Private companies will be able to buy the right to carbon credits from trees growing inside NSW national parks under a
radical new deal which conservationists condemn as unacceptable commercialisation of national parks. John Howard
The NSW National Parks and Wildlife Service manages more than 5 million hectares of reserves, including 450,000 hectares
of new parks as a result of the North-East Forest Agreement.
A memorandum of understanding has been signed between the NSW Minister's of the Environment and Forests in an attempt to
diversify the core business of State Forests from logging oriented to one which provides "green services."
The memorandum specifically refers to the need for "partnerships and alliances" in the forest and conservation land
managment sectors to "assist in the supply side of these markets."
The Kyoto Protocol on global warming envisages an emissions trading regime between countries able to buy and sell
emissions credits of equivalent tons of carbon between themselves.
Final agreement on the emissions trading regime is expected to come at the 6th Conference of Parties under the UN
Framework Convention on Climate Change which meets in the Hague in November.
But that hasn't stopped countries and companies establishing emissions trading regimes in preparation for the global
The NSW memorandum says that in part these conservation areas offer opportunities for long-term investors in carbon
sequestration to offset their emissions.
NSW State Forests will market the potential carbon credit scheme with a spokeswoman for the Forests' Minister saying the
Government would immediately seek expressions of interest from the private sector.
None of the major environmental groups in NSW was consulted about the memorandum and all were appalled when told of the
The Nature Conservation Council's executive officer, Ms Kathy Ridge, said secrecy surrounding the deal was unacceptable.
" The Carr Government cannot expect the private sector to buy carbon credits in national parks without compromising the
prime objectives to manage those parks for conservation outcomes," she said.
According to Federal Senator, Len Harris, World Bank officials are already in Australia valuing world heritage sites.
When told of the NSW Government's moves, residents of New Zealand's West Coast said the penny has finally dropped over
the reason why our Government is so insistent to stop logging trees and now also wants to put more trees into the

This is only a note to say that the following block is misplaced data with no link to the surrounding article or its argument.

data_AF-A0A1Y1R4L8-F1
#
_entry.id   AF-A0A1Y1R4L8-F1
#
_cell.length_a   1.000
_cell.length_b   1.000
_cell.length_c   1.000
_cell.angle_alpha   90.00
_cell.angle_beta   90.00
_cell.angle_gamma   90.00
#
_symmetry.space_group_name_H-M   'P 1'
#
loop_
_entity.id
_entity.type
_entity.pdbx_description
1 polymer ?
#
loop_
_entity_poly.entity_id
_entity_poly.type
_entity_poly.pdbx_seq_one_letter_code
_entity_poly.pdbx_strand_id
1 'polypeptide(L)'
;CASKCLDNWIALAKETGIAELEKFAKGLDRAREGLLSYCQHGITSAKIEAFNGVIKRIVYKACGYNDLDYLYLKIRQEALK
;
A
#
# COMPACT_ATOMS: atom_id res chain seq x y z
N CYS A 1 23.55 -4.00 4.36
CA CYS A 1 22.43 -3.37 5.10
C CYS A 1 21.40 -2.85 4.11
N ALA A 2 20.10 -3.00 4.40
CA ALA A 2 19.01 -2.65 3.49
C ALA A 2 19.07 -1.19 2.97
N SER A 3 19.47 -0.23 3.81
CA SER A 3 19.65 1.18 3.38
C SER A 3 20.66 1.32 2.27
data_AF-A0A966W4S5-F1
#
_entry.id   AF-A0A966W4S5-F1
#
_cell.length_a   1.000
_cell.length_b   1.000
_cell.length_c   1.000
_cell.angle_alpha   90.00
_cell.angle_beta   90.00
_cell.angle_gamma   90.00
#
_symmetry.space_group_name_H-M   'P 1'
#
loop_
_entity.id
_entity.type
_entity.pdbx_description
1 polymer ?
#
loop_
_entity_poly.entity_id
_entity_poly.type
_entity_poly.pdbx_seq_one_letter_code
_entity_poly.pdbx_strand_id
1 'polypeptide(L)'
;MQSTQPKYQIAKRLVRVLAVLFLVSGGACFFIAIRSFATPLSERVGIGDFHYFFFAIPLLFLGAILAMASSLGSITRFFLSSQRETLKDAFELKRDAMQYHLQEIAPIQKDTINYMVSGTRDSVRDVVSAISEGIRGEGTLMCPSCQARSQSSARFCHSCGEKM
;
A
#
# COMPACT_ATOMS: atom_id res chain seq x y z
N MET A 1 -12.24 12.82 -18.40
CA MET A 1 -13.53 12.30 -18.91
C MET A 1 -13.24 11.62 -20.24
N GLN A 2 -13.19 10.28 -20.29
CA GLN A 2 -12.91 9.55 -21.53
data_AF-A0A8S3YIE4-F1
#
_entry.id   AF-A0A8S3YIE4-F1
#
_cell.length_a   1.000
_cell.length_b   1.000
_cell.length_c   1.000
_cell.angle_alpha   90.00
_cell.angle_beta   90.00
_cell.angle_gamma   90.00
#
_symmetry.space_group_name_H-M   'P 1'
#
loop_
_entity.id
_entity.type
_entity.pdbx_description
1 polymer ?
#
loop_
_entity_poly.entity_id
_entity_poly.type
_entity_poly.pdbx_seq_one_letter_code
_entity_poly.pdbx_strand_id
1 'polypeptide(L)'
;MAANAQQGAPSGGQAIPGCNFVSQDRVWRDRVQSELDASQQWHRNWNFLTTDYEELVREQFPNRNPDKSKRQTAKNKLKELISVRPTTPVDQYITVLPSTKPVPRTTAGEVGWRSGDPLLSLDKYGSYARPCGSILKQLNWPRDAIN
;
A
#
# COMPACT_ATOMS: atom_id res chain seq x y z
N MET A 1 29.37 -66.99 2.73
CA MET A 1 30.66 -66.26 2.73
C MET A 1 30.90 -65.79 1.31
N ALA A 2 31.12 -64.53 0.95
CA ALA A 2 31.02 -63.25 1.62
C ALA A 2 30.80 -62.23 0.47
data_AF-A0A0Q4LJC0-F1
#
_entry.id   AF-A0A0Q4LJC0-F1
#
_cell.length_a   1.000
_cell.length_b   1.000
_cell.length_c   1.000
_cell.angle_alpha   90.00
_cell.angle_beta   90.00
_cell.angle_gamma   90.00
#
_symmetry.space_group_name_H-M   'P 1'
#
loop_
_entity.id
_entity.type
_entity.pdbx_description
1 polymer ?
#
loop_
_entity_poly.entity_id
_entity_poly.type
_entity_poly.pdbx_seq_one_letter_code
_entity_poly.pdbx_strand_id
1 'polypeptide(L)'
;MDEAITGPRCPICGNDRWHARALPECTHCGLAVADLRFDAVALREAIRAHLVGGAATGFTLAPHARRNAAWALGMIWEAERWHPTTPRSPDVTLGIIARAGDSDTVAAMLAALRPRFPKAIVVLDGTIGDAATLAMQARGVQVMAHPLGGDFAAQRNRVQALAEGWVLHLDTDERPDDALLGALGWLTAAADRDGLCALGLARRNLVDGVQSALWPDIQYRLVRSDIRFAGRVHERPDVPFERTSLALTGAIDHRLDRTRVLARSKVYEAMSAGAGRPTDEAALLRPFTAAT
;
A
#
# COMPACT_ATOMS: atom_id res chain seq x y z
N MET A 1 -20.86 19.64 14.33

Department of Conservation estate.
"It doesn't seem to be about logging at all, the Government probably wants to sell the carbon emissions credits from the
trees to other countries and multi-national companies, that's why they're locking it up" a straw telephone poll has
"The sale of carbon emission credits could be worth many hundreds of millions more than the Government is giving the
West Coast, respondents said.
In terms of the Kyoto Protocol no agreement has yet been reached on how to establish a baseline that is applicable to
all countries, how to measure emissions generation, or how to measure reductions, or how to monitor changes.
Japan is concerned that everything that it needs has to be shipped or flown. It says if the fuel has originated in an
OPEC nation but has been transported to and used by another nation, whose emission is it?
The paper and lumber industries are also concerned that if wood products are included in carbon stocks, companies in
Australia, New Zealand and the Republic of Korea would have to support Japan.
Land use and forestry, as an emission reduction project, would be projects that reduced or eliminated logging, prevented
conversion of a forest to agriculture uses and prevent humans from releasing carbon dioxide from the soil, rubbish waste
and the trees themselves.
No-till agriculture and eventually abandonment of agricultural lands through in-perpetuity agreements would change the
face of land use.
According to the Argonne National Laboratory report to the US Department of Energy, 1.8 million US jobs would be lost or
displaced due to the Kyoto Protocol.